3.2. Data Security Guidelines for Data Czars
Data czars should adopt and implement industry standard data security policies
and procedures and configure any computers and other devices that are used to
access, store, and work with learner data from edX.
EdX has prepared these guidelines for use as a starting point; they can and
should be used in conjunction with the member’s own security program. EdX may
periodically update these guidelines to reflect changes in best practices.
The data czar should be a person on staff who is able to fulfill the following
- Prepared to serve as the single point of contact and accountability for
receiving, handling, and distributing edX learner data.
- Responsible for managing the set of credentials used to decrypt learner data
- Knowledgeable about both technical and policy oriented security issues
related to handling learner data.
For example, some member institutions name an academic professional or director
level researcher with security expertise, and others use their chief technical
For more information about the general and technical skills used by data czars,
see Skills and Experience of Data Czars.
As a rule, data czars should not share the single set of credentials issued
by edX for decrypting learner data. However, edX recognizes that a data czar
may need to be supported or replaced by a colleague or other responsible staff
person on a limited and case-specific basis. Example situations in which such
support or replacement might be needed follow.
- An extended absence, such as a vacation or leave.
- A demanding workload for data management, such as frequent requests.
- A special project that involves burdensome data needs, such as daily
In such cases, the data czar should submit a request to edX that includes the
- The name of the person to add.
- The reason for the request.
- The expected length of time for which modified access is needed.
EdX handles such requests on a case-by-case basis.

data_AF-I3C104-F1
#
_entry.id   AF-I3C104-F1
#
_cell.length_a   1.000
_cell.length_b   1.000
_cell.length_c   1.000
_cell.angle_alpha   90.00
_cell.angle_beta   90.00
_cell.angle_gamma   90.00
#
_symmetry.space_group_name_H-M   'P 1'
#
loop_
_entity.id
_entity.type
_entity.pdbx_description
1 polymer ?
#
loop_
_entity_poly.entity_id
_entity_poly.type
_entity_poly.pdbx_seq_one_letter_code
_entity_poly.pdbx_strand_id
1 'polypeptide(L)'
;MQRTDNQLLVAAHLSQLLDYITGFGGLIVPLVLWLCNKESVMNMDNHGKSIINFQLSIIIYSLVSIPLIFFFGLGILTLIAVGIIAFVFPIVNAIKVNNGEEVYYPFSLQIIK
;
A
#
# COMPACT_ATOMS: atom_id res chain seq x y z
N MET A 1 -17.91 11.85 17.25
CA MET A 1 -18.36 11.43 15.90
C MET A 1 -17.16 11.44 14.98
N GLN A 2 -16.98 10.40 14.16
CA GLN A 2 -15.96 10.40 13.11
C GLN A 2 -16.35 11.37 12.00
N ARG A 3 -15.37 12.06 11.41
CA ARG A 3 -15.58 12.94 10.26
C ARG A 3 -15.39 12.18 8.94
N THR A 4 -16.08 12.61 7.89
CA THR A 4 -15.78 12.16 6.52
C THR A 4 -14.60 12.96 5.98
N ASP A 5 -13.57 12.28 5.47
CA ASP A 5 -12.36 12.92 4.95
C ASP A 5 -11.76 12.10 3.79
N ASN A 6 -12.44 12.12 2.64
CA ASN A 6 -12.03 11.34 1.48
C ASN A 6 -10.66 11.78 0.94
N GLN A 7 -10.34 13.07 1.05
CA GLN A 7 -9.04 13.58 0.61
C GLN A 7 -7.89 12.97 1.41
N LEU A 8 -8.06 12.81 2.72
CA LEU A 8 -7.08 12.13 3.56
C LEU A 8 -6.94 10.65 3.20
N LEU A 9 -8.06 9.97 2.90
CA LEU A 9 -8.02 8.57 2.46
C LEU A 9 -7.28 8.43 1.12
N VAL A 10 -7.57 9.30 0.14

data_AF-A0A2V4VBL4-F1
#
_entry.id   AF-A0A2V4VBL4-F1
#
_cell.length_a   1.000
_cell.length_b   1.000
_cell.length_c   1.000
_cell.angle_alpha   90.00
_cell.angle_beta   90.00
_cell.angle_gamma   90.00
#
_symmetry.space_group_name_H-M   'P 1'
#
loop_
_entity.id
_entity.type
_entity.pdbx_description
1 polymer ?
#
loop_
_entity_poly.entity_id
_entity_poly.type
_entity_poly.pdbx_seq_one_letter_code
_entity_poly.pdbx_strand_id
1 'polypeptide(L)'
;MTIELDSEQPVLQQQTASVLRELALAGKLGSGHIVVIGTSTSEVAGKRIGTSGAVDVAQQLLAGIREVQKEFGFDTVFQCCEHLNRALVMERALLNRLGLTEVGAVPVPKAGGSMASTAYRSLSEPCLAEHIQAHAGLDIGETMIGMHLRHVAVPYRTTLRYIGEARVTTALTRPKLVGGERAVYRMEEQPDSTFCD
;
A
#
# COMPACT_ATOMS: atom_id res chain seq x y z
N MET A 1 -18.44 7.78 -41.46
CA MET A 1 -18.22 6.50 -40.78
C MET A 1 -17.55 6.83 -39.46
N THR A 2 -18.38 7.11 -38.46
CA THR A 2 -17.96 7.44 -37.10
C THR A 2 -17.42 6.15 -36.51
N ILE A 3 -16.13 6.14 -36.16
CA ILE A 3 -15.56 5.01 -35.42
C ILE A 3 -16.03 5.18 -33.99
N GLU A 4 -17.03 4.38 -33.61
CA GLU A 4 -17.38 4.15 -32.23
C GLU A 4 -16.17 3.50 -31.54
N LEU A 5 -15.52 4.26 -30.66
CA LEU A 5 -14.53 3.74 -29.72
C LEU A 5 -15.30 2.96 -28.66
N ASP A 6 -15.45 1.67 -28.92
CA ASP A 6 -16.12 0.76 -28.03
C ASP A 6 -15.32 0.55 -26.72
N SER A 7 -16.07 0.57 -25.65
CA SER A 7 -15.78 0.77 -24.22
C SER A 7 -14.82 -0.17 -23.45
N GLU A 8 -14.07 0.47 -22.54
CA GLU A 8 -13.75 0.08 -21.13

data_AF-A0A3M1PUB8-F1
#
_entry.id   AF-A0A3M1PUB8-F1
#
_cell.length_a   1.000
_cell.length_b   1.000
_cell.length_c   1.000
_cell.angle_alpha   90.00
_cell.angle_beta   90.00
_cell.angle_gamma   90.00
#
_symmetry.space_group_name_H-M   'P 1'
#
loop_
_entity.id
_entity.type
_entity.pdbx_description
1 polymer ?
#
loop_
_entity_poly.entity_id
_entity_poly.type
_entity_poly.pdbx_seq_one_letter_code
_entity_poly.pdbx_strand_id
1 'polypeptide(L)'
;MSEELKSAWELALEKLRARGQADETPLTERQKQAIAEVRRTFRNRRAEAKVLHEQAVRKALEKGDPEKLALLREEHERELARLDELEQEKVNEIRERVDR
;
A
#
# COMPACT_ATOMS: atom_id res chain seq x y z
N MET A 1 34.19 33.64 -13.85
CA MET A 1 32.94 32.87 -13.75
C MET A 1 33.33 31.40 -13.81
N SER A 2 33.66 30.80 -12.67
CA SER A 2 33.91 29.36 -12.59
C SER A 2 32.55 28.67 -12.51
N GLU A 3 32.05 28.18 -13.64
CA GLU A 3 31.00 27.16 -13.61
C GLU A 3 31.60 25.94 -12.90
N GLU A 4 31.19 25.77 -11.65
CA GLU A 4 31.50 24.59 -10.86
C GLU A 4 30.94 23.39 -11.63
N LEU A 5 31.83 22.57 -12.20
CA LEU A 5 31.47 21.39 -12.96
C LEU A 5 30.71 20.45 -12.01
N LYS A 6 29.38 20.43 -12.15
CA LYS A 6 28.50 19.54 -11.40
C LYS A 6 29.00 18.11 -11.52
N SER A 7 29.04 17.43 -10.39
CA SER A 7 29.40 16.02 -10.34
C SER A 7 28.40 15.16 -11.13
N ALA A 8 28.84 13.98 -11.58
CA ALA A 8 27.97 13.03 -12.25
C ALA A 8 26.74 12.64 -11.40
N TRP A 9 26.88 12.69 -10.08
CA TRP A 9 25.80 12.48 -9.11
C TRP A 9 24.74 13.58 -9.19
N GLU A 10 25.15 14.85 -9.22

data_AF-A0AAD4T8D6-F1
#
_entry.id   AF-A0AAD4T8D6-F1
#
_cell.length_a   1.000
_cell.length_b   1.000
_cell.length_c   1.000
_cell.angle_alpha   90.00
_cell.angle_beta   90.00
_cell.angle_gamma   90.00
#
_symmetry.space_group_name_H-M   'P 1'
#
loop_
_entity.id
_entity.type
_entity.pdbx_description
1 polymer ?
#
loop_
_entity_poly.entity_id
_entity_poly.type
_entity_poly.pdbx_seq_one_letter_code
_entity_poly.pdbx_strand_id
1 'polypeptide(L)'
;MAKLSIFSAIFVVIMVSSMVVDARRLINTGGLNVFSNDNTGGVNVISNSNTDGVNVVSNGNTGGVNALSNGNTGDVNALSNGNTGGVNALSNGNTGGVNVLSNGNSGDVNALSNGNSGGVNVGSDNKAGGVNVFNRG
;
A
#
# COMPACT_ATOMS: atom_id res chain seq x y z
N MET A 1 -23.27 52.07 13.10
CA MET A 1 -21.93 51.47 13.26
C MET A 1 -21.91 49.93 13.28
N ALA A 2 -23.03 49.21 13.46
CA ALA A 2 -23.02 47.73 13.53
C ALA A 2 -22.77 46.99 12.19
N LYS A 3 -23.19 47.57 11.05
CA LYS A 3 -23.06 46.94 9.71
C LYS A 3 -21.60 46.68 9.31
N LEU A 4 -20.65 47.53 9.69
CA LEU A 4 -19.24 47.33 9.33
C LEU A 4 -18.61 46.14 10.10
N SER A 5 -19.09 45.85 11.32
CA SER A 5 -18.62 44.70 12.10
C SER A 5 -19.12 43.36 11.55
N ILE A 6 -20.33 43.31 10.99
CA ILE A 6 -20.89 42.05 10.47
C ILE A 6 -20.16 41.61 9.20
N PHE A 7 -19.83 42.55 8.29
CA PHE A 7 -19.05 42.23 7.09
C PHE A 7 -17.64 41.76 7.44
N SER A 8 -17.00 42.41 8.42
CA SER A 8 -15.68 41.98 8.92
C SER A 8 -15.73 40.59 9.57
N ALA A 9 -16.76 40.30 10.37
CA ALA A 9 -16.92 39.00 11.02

EdX may retire and refresh member credentials on a periodic basis
and will notify affected data czars accordingly.
EdX recommends the following procedures for storing learner data.
- Store and transfer learner data using an Open-PGP compatible encryption tool
(for example, https://www.gnupg.org/download/) on all applicable devices.
- Store learner data only on devices that employ full disk encryption:
FileVault on Mac®, BitLocker on Windows®, and Linux unified key setup (LUKS)
or similar on Linux® operating systems.
- Transfer learner data only to devices, accounts, or services that are owned
by the member institution. Do not transfer learner data to any device,
account, or service where a service provider or other third party can access
the data or acquire any rights to use it.
- Protect learner data that is stored on a network accessible device with a
hardware firewall to ensure that only authorized hosts can create network
- Apply operating system and application security updates to any network
connected device within 48 hours of release.
- Individual (not shared) user accounts must be used to access the learner
data, in accordance with organizational password or passphrase policies. If
no policy exists, edX offers these guidelines.
- Passwords should be at least 12 characters long and require three of the
four following types of characters: uppercase, lowercase, numbers, special